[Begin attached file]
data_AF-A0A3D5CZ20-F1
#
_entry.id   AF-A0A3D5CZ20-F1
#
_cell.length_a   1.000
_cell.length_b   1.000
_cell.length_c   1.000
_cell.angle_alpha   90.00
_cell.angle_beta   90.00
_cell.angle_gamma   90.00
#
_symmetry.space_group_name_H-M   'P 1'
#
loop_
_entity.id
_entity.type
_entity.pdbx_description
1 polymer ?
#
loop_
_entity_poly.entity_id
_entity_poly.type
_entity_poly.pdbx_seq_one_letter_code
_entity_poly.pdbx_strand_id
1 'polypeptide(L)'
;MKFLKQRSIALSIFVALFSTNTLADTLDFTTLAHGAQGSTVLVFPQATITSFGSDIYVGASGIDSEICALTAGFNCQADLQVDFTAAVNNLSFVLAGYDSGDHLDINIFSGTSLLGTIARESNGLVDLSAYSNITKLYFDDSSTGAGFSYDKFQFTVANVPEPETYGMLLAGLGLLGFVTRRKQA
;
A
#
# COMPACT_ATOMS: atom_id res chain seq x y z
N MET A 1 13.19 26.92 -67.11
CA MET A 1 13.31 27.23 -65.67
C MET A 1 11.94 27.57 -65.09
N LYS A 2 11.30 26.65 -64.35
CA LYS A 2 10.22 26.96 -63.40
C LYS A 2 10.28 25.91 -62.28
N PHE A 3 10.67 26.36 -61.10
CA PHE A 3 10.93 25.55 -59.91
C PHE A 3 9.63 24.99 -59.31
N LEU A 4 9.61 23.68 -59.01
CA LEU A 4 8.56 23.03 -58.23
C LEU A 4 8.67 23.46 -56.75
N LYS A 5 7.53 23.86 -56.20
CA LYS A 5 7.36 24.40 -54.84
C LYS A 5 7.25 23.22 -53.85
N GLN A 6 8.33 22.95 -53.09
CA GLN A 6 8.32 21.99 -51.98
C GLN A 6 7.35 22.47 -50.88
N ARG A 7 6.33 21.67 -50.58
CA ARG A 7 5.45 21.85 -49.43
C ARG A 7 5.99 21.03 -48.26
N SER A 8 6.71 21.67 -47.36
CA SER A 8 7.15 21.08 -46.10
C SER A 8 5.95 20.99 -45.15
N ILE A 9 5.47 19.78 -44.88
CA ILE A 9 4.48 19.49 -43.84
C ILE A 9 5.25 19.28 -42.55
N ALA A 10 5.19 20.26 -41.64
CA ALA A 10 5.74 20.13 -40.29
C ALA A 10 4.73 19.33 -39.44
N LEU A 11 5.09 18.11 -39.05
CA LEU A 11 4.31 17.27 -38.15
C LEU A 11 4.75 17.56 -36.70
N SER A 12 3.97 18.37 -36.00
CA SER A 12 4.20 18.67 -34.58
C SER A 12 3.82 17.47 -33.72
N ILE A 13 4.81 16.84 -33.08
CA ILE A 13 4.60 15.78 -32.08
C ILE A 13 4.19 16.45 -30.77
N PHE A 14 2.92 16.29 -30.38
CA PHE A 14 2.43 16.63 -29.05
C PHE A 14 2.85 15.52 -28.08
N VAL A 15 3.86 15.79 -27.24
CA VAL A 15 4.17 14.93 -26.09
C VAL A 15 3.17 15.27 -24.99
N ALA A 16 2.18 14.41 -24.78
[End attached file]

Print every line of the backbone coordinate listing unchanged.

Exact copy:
data_AF-A0A3D5CZ20-F1
#
_entry.id   AF-A0A3D5CZ20-F1
#
_cell.length_a   1.000
_cell.length_b   1.000
_cell.length_c   1.000
_cell.angle_alpha   90.00
_cell.angle_beta   90.00
_cell.angle_gamma   90.00
#
_symmetry.space_group_name_H-M   'P 1'
#
loop_
_entity.id
_entity.type
_entity.pdbx_description
1 polymer ?
#
loop_
_entity_poly.entity_id
_entity_poly.type
_entity_poly.pdbx_seq_one_letter_code
_entity_poly.pdbx_strand_id
1 'polypeptide(L)'
;MKFLKQRSIALSIFVALFSTNTLADTLDFTTLAHGAQGSTVLVFPQATITSFGSDIYVGASGIDSEICALTAGFNCQADLQVDFTAAVNNLSFVLAGYDSGDHLDINIFSGTSLLGTIARESNGLVDLSAYSNITKLYFDDSSTGAGFSYDKFQFTVANVPEPETYGMLLAGLGLLGFVTRRKQA
;
A
#
# COMPACT_ATOMS: atom_id res chain seq x y z
N MET A 1 13.19 26.92 -67.11
CA MET A 1 13.31 27.23 -65.67
C MET A 1 11.94 27.57 -65.09
N LYS A 2 11.30 26.65 -64.35
CA LYS A 2 10.22 26.96 -63.40
C LYS A 2 10.28 25.91 -62.28
N PHE A 3 10.67 26.36 -61.10
CA PHE A 3 10.93 25.55 -59.91
C PHE A 3 9.63 24.99 -59.31
N LEU A 4 9.61 23.68 -59.01
CA LEU A 4 8.56 23.03 -58.23
C LEU A 4 8.67 23.46 -56.75
N LYS A 5 7.53 23.86 -56.20
CA LYS A 5 7.36 24.40 -54.84
C LYS A 5 7.25 23.22 -53.85
N GLN A 6 8.33 22.95 -53.09
CA GLN A 6 8.32 21.99 -51.98
C GLN A 6 7.35 22.47 -50.88
N ARG A 7 6.33 21.67 -50.58
CA ARG A 7 5.45 21.85 -49.43
C ARG A 7 5.99 21.03 -48.26
N SER A 8 6.71 21.67 -47.36
CA SER A 8 7.15 21.08 -46.10
C SER A 8 5.95 20.99 -45.15
N ILE A 9 5.47 19.78 -44.88
CA ILE A 9 4.48 19.49 -43.84
C ILE A 9 5.25 19.28 -42.55
N ALA A 10 5.19 20.26 -41.64
CA ALA A 10 5.74 20.13 -40.29
C ALA A 10 4.73 19.33 -39.44
N LEU A 11 5.09 18.11 -39.05
CA LEU A 11 4.31 17.27 -38.15
C LEU A 11 4.75 17.56 -36.70
N SER A 12 3.97 18.37 -36.00
CA SER A 12 4.20 18.67 -34.58
C SER A 12 3.82 17.47 -33.72
N ILE A 13 4.81 16.84 -33.08
CA ILE A 13 4.60 15.78 -32.08
C ILE A 13 4.19 16.45 -30.77
N PHE A 14 2.92 16.29 -30.38
CA PHE A 14 2.43 16.63 -29.05
C PHE A 14 2.85 15.52 -28.08
N VAL A 15 3.86 15.79 -27.24
CA VAL A 15 4.17 14.93 -26.09
C VAL A 15 3.17 15.27 -24.99
N ALA A 16 2.18 14.41 -24.78